This year, the baby name possibilities introduced by Olympic athletes are more varied and fascinating than ever. Especially now that Simone (Biles in gymnastics and Simone Manuel in swimming) is a household name, will we start hearing it around more households?
The names of some Olympic greats get a second chance at stardom as popular baby names. The Russian name Nadia, for instance, vaulted from nowhere to number 360 in the U.S. in 1976, after gymnast Nadia Comaneci charmed the world and won three gold medals. And, American skier Bode Miller nudged his unusual name — along with the original Sanskrit, Bodhi — back onto the top 1000 for boys.
Here are our picks for the dozen Olympic names most likely to make it to the baby names popularity list.
All names El-related — from Ella to Ellie to Eleanor — are hot baby names for girls right now, but Ellia is a fresh entry to the category, thanks to Australian rugby player Ellia Green. Born in Fiji, Ellia Green is know as the fastest woman in the sport. Her name was used for fewer than 100 girls in the U.S. last year, a number we expect to grow.
American track and field star English Gardner has to win the gold medal for the most distinctive name at the Olympic games. Gardner says her mother chose the name English because, believing her daughter was destined for greatness, she wanted to give the child a memorable name. While place-names for babies have been exploding in popularity in recent years, this is a new twist, opening the way for babies named Irish, Italian, Pakistani, and so on.
Ancient Roman clan name Flavia hasn’t been on the U.S. top 1000 since 1884, but that may change thanks to pint-sized Brazilian gymnast Flavia Saraiva, a fan favorite.
Auspicious sign: Flavia means gold.
Ki Bo-Bae is a Korean archer and the defending gold medalist, and her simple-but-unusual name seems ripe for import. The name is simple yet truly unique: There were baby girls named Kia, Aki, and Kiki born in the U.S. last year, but none named Ki. Ki is also the name of the Sumerian earth goddess.
America’s sweetheart gymnast Simone Biles and swimmer Simone Manuel may combine forces to promote this appealing name. The French feminine form of the biblical Simon strikes the perfect balance between fitting in and standing out. While it’s been in the U.S. top 1000 for 80 years, it’s never risen above number 300 and now stands at number 821 — visible but not pandemic, familiar yet still exotic.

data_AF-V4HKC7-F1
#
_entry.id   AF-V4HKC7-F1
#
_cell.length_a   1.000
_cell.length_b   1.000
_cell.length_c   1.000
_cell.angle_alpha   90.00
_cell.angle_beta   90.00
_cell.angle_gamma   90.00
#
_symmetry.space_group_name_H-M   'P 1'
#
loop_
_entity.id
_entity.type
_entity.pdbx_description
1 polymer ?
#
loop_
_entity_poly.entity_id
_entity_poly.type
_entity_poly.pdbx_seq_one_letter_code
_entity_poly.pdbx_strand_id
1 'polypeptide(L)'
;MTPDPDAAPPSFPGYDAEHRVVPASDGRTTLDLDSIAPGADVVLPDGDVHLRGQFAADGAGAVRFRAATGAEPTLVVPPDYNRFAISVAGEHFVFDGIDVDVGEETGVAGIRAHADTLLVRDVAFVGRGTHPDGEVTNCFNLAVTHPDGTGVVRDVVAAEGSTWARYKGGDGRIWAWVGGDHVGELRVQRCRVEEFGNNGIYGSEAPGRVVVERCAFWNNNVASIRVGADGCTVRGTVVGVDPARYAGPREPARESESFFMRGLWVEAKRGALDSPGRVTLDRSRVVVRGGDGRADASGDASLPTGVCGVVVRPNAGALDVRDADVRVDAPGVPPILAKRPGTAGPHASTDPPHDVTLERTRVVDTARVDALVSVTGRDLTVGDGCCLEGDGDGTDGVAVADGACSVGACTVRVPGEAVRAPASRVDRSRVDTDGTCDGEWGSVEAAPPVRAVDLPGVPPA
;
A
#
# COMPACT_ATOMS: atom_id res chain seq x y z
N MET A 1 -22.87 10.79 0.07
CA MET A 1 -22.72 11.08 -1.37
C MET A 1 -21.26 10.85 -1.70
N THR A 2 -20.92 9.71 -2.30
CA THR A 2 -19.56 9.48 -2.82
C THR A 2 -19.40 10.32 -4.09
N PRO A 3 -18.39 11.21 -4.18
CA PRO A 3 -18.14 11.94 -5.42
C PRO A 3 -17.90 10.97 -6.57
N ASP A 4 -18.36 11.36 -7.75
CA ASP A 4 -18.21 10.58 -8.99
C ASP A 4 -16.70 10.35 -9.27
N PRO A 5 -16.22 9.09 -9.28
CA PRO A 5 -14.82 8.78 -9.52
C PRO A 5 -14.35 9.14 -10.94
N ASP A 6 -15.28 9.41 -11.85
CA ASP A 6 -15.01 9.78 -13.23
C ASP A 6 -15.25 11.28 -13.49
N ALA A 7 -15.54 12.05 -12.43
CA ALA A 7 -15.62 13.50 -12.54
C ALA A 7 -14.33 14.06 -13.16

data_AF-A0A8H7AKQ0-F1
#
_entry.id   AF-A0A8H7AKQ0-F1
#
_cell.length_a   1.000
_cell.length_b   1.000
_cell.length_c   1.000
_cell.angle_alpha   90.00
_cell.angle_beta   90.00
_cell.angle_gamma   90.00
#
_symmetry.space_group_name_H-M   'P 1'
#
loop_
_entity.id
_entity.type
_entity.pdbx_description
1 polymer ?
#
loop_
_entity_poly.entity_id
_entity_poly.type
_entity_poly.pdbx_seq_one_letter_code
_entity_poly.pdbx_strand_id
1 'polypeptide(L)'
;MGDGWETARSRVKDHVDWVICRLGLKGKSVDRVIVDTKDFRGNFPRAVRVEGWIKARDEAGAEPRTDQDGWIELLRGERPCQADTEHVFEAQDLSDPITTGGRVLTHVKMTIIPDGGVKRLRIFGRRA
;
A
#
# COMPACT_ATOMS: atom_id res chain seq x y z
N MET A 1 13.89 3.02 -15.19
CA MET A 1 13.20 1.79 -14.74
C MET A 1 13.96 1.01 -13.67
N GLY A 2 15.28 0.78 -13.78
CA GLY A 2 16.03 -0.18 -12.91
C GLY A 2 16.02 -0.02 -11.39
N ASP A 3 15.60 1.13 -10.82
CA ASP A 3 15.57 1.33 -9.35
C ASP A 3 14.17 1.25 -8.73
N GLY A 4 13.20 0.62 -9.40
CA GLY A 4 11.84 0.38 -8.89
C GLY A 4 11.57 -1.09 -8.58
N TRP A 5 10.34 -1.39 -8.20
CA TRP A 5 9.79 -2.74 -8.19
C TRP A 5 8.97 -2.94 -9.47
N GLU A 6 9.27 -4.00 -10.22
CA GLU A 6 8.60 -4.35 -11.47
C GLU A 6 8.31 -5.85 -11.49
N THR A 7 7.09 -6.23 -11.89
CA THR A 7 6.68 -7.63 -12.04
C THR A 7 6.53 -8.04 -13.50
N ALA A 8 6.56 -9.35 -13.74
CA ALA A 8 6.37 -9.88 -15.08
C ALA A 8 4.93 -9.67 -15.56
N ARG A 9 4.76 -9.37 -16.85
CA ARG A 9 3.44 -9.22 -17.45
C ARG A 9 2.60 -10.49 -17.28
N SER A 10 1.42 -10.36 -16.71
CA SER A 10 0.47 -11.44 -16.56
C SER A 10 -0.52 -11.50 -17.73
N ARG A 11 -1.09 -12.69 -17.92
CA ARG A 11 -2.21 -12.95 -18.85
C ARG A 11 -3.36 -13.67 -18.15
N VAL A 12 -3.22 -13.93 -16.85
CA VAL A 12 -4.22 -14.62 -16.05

Vashti Cunningham is an indoor high jumper who may bring her obscure-but-intriguing biblical name to prominence. In the book of Esther, Vashti was a Persian queen — the name is Persian for “lovely” — who defies the king’s orders to appear naked in front of his guests, making her something of a feminist icon.
Carlin Isles is known as the fastest man in rugby, playing for the American team. His unusual name — fewer than 70 babies were named Carlin in the U.S. last year — was given nearly evenly to boys and girls, making it a perfect choice for our post-gender world.
Bonus: This Irish name means “little champion.”
Asian names migrate to the U.S. much less frequently than European ones, but this Japanese name of reigning Olympic champion Kohei Uchimura could be an exception. Called the best male gymnast ever, Uchimura is the reigning Olympic champion. The name Kohei is pronounced "ko-hee" and means “wide and flat.”
Lazarus is one name that’s remained quiet through the explosion of biblical boys’ names, but its time has come to rise again. Spanish and Italian form Lazaro holds wide appeal. Lazaro Alvarez, boxing for Cuba, is the three-time world champion lightweight boxer.
Madison was a boys’ name that in recent years became a top 10 girls’ name but now is prime to swing back. And London native Madison Hughes, captain of the U.S. men’s rugby team, may help make that happen. The name has feminist roots in its meaning “Maud’s son,” and was very popular for boys in the 1880s.
Brazilian soccer standout Neymar is known by his unique first name, which was passed down from his father. His prominence was enough to propel the name onto the U.S. top 1000 in 2012. Neymar is thought to be a combination of the planetary names Neptune and Mars, appropriate for a star.
Diver Steele Johnson’s first name connotes strength and endurance, perfect for an athlete — or a citizen of the modern world. This name was used for exactly 100 baby boys in the US last year and 11 girls. Another 33 boys were named the more straightforward Steel.